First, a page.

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A niche, in ecology, is all that a species needs to function: the right food, climate, protection from predators, nesting sites, migration routes, and so forth. An empty niche is a proven niche going unused – say, that of the late Stephen Jay Gould. I argue that the popularization successes in an adjacent field, evolutionary biology, suggest that a similar niche is there for popularizing cognitive neuro. The scientist contemplating writing for a wider audience will often assume that others in the field will be critical, that such a writer will constantly have to justify simplifications or omissions. Or that others will be suspicious that the writer is seeking fame via bypassing the long hard grind of academic publication. While such comment surely happens on occasion, the writer is more likely to be nearly invisible within their own field, even if moderately-well-known outside the field. The reason for this invisibility is simple. Scientists are also general readers. They only have so much time to read, and so they mostly read outside their own field until a new grad student suggests your book for a reading list.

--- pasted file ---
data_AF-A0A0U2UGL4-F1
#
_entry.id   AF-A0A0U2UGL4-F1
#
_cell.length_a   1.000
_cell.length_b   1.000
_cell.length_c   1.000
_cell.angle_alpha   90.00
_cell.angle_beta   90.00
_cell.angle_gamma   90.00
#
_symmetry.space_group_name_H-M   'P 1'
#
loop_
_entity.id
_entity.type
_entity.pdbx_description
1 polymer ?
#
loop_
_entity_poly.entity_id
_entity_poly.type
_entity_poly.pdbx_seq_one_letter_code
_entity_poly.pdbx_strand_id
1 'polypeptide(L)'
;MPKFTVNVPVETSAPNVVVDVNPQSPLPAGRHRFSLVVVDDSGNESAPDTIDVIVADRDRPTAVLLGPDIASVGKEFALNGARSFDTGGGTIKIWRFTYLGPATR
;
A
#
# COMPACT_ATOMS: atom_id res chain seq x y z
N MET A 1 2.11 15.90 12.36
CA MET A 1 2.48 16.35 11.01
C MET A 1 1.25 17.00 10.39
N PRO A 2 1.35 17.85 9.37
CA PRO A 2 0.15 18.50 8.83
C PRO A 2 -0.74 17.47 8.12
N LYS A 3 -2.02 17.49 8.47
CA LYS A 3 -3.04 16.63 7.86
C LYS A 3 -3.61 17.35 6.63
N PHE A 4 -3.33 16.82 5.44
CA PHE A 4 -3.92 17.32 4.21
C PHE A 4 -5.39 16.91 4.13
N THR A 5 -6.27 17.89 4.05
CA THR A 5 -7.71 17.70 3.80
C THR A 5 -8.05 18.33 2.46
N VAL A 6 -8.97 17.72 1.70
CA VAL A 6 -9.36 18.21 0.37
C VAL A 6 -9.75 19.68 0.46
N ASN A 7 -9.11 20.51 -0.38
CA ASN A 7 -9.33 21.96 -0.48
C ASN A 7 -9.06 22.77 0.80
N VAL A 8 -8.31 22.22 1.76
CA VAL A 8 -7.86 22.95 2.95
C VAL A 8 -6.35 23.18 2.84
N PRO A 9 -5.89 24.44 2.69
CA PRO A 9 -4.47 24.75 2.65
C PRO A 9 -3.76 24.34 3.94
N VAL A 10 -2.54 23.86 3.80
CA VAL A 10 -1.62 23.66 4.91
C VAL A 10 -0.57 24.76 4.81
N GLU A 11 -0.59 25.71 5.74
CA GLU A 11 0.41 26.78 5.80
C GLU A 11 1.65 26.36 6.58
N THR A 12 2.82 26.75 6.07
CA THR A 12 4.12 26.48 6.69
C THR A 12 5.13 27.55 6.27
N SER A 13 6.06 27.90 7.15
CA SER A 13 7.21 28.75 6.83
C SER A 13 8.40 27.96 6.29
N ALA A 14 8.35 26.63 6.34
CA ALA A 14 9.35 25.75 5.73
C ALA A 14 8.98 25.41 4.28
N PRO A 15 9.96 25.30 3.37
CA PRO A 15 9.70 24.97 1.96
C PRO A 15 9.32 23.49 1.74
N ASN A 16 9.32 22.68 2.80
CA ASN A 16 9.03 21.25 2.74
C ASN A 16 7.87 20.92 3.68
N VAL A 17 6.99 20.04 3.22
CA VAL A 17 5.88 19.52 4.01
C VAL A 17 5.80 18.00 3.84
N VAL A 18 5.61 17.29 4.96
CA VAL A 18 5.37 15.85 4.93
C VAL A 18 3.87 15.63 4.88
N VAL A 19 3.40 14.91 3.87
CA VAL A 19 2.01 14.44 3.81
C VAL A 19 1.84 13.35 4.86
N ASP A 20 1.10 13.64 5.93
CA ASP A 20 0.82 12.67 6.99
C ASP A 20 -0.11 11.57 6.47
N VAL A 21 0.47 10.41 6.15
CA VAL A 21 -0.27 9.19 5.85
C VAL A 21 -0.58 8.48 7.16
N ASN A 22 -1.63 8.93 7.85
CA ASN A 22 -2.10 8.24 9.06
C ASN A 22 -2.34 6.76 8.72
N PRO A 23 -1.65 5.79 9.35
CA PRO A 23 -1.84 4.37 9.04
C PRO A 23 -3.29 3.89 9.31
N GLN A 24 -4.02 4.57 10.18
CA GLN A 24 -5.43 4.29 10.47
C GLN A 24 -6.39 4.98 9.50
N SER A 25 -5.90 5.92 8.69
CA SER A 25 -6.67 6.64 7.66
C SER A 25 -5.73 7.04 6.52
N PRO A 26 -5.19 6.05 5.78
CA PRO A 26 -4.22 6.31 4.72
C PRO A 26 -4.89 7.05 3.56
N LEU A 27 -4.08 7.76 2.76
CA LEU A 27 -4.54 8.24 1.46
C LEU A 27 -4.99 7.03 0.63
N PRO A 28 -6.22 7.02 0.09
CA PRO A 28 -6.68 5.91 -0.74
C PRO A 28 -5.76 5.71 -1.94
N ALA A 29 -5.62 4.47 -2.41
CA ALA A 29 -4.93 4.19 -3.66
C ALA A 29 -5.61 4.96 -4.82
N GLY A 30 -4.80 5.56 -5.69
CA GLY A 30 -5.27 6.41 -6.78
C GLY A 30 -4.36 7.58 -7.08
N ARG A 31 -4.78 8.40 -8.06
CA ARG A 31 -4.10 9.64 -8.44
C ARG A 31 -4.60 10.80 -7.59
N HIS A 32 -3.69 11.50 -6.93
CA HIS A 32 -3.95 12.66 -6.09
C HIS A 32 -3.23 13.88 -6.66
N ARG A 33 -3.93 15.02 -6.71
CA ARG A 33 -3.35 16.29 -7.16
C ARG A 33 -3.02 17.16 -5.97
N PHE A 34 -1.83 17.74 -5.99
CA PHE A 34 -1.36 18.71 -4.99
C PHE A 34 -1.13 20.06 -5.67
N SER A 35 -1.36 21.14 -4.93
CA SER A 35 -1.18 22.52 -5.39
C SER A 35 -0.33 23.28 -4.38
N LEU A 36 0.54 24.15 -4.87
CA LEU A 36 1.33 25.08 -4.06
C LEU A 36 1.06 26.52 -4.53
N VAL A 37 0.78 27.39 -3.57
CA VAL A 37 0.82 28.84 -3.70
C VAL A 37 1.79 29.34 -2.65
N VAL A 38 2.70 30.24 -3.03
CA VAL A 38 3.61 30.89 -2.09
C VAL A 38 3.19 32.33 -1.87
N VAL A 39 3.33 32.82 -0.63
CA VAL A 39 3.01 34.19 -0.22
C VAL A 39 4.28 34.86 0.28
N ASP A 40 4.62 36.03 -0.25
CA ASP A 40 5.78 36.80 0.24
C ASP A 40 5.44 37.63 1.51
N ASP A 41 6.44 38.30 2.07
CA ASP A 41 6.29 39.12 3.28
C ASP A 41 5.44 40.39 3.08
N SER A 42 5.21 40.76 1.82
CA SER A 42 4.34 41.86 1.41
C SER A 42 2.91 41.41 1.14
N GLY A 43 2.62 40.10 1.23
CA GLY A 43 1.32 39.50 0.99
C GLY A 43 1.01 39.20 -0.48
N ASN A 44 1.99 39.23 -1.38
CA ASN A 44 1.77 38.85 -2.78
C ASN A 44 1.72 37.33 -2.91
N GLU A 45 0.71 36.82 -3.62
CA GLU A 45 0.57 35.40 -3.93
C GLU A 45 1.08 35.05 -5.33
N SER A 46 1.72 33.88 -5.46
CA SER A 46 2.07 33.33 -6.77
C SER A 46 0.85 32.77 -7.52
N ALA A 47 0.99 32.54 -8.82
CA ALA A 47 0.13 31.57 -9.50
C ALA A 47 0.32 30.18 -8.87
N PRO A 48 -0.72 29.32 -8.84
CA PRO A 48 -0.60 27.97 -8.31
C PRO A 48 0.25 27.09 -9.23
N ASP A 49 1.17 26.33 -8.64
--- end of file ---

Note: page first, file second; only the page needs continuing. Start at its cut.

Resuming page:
popularization of science
How to Cite
CALVIN, William H.. Filling the Empty Niches. AmeriQuests, [S.l.], v. 3, n. 2, may 2006. ISSN 1553-4316. Available at: <https://ejournals.library.vanderbilt.edu/index.php/ameriquests/article/view/68>. Date accessed: 11 july 2020. doi: https://doi.org/10.15695/amqst.v3i2.68.